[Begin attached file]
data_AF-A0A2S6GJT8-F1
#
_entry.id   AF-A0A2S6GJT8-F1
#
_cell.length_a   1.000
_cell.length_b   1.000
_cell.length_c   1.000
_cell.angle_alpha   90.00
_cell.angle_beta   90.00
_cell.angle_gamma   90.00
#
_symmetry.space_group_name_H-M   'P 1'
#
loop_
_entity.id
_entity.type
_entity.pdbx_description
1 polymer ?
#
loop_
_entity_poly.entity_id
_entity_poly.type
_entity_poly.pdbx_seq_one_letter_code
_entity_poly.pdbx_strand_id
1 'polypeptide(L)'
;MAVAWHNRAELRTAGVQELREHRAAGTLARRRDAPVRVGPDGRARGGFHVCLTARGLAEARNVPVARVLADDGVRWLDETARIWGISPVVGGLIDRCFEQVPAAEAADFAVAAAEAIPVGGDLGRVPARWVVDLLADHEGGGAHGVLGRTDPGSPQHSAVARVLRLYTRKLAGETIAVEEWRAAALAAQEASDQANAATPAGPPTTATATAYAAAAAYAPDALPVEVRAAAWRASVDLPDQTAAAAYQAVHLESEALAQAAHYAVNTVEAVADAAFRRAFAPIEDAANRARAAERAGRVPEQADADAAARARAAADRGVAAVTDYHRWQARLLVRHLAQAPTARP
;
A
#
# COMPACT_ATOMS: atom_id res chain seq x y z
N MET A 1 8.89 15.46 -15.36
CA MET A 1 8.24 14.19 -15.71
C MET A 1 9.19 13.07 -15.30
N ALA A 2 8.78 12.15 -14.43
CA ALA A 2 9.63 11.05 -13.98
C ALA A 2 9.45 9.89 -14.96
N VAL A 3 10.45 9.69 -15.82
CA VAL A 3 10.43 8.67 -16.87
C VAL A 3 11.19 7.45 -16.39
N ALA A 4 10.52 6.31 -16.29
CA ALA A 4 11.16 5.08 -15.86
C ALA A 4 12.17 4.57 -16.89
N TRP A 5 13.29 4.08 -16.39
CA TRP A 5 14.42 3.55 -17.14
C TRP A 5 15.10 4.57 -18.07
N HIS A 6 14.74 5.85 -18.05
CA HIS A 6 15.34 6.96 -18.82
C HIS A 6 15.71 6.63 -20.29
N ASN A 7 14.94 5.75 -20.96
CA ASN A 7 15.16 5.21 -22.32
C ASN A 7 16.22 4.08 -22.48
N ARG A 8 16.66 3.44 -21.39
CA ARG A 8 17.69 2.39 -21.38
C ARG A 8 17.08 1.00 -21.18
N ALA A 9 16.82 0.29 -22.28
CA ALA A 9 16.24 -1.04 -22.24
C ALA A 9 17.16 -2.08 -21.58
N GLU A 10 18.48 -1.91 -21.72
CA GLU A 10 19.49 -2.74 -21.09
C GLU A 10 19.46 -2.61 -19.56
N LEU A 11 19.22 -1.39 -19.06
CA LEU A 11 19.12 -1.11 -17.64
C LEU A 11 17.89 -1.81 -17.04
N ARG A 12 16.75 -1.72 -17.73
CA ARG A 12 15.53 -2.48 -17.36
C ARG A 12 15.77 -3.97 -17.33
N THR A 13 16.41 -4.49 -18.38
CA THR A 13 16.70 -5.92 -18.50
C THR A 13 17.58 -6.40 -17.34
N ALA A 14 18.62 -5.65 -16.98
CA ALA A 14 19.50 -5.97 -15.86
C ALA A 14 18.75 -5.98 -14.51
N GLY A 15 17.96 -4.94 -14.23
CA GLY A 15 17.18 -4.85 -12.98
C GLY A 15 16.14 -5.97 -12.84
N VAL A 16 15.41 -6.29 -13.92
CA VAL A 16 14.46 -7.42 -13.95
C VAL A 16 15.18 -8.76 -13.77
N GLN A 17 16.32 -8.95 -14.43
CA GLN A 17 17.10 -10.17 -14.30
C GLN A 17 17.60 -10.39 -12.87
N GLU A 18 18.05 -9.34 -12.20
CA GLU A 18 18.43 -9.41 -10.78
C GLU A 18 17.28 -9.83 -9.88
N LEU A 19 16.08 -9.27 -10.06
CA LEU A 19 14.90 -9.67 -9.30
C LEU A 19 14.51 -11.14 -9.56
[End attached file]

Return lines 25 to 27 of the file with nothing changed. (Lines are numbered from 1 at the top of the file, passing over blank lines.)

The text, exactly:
1 'polypeptide(L)'
;MAVAWHNRAELRTAGVQELREHRAAGTLARRRDAPVRVGPDGRARGGFHVCLTARGLAEARNVPVARVLADDGVRWLDETARIWGISPVVGGLIDRCFEQVPAAEAADFAVAAAEAIPVGGDLGRVPARWVVDLLADHEGGGAHGVLGRTDPGSPQHSAVARVLRLYTRKLAGETIAVEEWRAAALAAQEASDQANAATPAGPPTTATATAYAAAAAYAPDALPVEVRAAAWRASVDLPDQTAAAAYQAVHLESEALAQAAHYAVNTVEAVADAAFRRAFAPIEDAANRARAAERAGRVPEQADADAAARARAAADRGVAAVTDYHRWQARLLVRHLAQAPTARP
;